It was on July 31, 1957 that Colin Chapman decided to start manufacturing the little Mark VII which quickly became known under the magical name of Seven. But by the early days of 1958, only 8 chassis had left the tiny workshop at 7 Tottenham Lane in London. There were on this first series two possible options of engine / transmission adapted to the very light tubular chassis of the brilliant Chapman which embodied there, a 7th variation of its motto “light is right”. Either the very expensive 1098cc Climax FWA engine associated with a 4 gearbox from Austin A30 or a side valve Ford of 1172 cc from Ford 100E, associated with the 3 speed gearbox of the same car. And it is the latter option that was most often chosen by kit car enthusiasts.
Chassis 0422 shown here is the 23rd of the 1 series. It was sold as a kit like most others with a Ford engine and gearbox to Jeff Miller on February 20, 1958. Other owners identified by the Lotus 7 Club were successively RA Downham (1984) then KRDear (1990). In 1993 David Ham salvaged the derelict and dilapidated car and began its restoration by rebuilding a new chassis from the old one and with the help of Lotus engineer Ken Rogers. Most of the body parts, delivered according to the factory documents as “all aluminum body unpaint” are original.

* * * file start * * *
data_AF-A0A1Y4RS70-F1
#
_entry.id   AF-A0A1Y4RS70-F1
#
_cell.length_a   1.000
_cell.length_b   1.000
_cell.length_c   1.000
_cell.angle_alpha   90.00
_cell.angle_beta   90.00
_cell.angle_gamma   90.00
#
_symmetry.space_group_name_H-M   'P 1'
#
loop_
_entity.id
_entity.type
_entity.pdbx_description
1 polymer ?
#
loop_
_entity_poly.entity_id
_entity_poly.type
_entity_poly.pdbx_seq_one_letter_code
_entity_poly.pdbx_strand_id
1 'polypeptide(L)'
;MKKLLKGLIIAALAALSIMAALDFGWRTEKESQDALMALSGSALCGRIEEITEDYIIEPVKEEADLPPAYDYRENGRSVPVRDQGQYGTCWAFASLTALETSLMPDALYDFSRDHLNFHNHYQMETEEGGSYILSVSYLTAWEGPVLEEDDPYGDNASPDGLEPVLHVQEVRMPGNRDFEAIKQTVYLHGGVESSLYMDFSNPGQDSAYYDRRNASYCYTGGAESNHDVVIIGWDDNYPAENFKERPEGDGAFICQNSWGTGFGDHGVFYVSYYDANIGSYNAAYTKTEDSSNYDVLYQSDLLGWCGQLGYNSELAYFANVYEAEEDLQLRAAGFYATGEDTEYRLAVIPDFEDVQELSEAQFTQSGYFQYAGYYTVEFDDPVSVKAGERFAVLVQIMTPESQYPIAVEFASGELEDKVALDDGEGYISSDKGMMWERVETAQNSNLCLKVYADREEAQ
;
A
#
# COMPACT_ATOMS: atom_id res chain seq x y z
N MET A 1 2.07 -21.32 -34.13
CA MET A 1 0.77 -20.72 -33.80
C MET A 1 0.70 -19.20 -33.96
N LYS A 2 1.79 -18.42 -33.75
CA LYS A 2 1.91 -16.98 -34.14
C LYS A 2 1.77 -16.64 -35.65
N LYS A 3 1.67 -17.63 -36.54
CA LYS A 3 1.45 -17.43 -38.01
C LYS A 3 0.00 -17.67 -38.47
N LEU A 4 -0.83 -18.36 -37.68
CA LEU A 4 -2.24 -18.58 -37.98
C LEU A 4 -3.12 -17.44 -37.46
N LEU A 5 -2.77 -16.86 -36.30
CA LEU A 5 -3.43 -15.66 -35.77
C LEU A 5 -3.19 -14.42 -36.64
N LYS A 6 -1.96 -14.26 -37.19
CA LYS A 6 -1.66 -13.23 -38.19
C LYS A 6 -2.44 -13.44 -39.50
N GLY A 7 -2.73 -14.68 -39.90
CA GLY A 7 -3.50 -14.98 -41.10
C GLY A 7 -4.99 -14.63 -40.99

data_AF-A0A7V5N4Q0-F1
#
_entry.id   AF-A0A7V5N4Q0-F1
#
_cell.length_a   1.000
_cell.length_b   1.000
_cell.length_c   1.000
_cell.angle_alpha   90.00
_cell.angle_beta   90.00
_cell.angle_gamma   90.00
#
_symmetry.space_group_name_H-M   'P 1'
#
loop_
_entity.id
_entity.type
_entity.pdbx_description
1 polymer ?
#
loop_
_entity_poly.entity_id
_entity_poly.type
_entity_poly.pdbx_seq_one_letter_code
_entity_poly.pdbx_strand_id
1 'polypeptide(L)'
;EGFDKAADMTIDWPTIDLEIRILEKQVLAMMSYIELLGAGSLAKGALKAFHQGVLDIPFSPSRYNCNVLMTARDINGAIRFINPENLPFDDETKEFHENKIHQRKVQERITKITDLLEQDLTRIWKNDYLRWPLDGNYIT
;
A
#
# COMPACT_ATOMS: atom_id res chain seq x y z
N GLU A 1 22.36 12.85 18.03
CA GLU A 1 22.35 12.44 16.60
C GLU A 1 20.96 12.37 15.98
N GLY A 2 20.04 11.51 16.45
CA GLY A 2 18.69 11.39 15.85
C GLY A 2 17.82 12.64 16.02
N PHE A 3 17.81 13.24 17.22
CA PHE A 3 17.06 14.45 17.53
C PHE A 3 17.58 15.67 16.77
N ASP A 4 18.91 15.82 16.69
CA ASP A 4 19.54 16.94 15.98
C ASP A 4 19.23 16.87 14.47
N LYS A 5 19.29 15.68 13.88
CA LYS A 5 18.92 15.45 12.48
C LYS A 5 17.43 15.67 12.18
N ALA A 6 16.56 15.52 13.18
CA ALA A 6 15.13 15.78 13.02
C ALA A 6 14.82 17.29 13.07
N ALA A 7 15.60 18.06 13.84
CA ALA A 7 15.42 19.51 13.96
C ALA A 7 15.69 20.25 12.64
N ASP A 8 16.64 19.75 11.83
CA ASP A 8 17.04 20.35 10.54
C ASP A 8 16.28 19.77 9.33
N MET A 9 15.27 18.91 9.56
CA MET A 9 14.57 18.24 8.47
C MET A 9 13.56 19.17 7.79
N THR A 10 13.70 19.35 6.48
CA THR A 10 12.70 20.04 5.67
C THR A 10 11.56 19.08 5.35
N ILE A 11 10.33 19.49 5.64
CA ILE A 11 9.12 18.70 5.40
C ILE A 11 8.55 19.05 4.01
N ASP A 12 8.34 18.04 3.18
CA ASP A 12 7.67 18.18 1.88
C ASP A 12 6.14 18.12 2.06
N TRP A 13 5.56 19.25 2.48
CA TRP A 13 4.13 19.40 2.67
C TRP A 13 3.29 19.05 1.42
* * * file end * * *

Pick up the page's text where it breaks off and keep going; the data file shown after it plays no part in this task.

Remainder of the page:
A very important feature of this chassis is its Burman screw and roller type steering box, of which it seems that the chassis 0422 is the only one to still have, all the others having been quickly converted into racks, an option then adopted by Lotus cars for the following models.
The 0422 chassis has undergone a long and meticulous restoration at Automobilia. All components of the chassis, drivetrain and rear axle (original Nash Metropolitan in 4.89: 1) were carefully overhauled or restored, while the aluminum body was redone. The car was fitted with a new Climax 1500 FWB engine with Weber carburetor and an A40 type 4 gearbox, in an optional configuration originally. The old 100E engine is also preserved. Disc brakes were fitted at the front, while the original drums were left at the rear.
A restoration file of more than 300 photos accompanies the car, as well as various documents and certificates from Lotus Cars and the British Lotus Seven Club. The car was presented on the Club stand at the Lotus Festival in Donington in 1997. French registration card.